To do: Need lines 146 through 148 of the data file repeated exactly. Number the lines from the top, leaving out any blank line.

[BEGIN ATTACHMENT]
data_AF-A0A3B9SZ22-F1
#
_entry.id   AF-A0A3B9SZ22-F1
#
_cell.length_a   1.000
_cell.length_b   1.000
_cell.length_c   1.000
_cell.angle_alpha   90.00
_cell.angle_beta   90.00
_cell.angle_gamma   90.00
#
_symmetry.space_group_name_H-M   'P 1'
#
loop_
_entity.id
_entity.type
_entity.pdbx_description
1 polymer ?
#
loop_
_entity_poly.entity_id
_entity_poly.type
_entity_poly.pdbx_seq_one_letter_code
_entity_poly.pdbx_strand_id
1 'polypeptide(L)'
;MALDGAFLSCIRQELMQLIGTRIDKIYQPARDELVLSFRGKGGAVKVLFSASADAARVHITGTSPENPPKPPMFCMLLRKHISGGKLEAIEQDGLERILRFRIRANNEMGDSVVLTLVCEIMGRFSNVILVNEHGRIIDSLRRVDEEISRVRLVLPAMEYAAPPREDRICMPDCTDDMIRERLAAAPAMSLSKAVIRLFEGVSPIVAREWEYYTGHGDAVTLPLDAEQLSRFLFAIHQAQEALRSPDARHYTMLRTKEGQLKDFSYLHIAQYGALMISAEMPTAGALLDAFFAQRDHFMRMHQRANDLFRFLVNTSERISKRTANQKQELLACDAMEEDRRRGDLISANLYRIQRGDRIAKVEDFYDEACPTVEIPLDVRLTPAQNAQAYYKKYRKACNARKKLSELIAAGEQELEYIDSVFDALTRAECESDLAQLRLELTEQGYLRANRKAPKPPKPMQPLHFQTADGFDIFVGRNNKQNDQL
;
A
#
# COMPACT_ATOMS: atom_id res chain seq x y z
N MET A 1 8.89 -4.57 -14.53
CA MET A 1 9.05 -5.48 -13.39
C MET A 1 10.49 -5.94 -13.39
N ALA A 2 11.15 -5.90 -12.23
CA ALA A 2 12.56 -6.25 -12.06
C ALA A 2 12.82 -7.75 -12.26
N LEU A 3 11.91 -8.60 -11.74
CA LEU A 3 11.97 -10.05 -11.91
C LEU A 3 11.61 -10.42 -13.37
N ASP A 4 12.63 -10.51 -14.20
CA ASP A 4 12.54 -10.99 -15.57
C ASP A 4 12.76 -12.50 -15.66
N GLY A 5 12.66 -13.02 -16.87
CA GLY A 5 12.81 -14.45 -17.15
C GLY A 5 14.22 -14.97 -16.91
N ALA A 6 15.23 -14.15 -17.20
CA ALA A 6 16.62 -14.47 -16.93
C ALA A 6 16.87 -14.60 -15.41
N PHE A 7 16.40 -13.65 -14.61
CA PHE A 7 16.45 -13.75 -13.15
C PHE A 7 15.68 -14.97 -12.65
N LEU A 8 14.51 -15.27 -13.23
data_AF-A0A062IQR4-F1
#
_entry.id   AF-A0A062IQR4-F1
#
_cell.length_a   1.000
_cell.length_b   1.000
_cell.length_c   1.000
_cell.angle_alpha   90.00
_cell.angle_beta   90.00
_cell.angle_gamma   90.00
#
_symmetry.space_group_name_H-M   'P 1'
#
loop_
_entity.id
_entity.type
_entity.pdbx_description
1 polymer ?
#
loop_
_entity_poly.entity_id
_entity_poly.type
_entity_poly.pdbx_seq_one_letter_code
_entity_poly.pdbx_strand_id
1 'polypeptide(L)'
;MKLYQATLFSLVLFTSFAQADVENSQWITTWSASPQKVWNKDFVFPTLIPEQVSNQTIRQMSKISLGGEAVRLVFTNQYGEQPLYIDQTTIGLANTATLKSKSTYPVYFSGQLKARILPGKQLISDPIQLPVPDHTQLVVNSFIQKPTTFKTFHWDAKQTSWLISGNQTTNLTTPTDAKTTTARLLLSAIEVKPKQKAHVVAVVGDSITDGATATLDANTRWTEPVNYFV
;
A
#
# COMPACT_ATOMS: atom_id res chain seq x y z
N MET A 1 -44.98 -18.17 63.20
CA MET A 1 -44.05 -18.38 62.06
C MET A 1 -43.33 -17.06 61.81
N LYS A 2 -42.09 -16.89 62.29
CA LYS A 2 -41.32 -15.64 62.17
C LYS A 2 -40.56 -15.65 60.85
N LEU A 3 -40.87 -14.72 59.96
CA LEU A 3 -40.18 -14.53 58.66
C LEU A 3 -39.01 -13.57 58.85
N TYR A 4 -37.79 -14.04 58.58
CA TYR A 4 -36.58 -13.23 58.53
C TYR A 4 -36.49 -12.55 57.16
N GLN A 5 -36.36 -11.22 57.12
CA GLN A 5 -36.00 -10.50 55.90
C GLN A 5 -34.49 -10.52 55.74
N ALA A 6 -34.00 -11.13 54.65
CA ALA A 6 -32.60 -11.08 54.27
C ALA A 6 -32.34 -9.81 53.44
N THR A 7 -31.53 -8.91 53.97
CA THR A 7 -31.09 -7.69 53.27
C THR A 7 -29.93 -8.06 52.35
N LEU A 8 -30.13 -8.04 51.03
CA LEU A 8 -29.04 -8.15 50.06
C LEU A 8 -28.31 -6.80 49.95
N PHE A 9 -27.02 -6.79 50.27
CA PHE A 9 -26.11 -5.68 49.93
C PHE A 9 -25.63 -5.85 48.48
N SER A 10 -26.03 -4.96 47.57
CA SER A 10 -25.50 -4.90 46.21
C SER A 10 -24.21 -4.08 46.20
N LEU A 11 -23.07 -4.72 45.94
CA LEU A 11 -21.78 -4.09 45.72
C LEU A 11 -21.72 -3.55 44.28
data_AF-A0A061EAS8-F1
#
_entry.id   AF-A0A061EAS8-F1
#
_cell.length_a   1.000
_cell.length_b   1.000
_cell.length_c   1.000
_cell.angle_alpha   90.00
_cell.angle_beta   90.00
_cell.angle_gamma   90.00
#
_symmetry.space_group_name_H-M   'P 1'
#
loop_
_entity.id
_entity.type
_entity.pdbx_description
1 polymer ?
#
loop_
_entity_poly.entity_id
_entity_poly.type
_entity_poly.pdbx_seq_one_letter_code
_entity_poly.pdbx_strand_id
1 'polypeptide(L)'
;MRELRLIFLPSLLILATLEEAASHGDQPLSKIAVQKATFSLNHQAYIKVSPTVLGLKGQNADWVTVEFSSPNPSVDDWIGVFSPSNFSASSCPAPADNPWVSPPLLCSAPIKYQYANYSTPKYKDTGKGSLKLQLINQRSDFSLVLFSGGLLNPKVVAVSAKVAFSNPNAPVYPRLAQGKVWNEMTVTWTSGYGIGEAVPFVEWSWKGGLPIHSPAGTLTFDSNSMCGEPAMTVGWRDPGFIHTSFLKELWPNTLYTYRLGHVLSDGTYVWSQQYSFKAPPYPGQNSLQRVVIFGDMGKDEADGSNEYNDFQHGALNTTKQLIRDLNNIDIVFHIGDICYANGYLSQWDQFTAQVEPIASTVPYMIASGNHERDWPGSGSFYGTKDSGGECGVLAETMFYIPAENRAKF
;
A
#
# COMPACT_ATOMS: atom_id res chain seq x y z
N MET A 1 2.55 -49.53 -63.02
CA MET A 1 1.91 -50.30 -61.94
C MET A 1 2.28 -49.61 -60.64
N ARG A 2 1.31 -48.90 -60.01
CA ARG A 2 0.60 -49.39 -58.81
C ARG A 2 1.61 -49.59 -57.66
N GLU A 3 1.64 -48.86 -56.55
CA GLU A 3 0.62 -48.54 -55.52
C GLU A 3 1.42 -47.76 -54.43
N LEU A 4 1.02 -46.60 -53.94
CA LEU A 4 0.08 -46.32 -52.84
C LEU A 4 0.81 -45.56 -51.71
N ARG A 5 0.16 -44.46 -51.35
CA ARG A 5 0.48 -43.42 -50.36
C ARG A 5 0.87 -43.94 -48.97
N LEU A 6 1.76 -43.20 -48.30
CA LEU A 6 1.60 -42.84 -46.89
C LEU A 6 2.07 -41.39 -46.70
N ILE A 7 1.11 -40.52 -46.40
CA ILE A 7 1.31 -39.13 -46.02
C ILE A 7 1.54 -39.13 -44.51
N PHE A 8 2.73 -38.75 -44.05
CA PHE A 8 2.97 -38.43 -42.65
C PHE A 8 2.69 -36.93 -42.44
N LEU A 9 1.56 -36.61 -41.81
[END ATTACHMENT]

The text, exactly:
N MET A 1 2.55 -49.53 -63.02
CA MET A 1 1.91 -50.30 -61.94
C MET A 1 2.28 -49.61 -60.64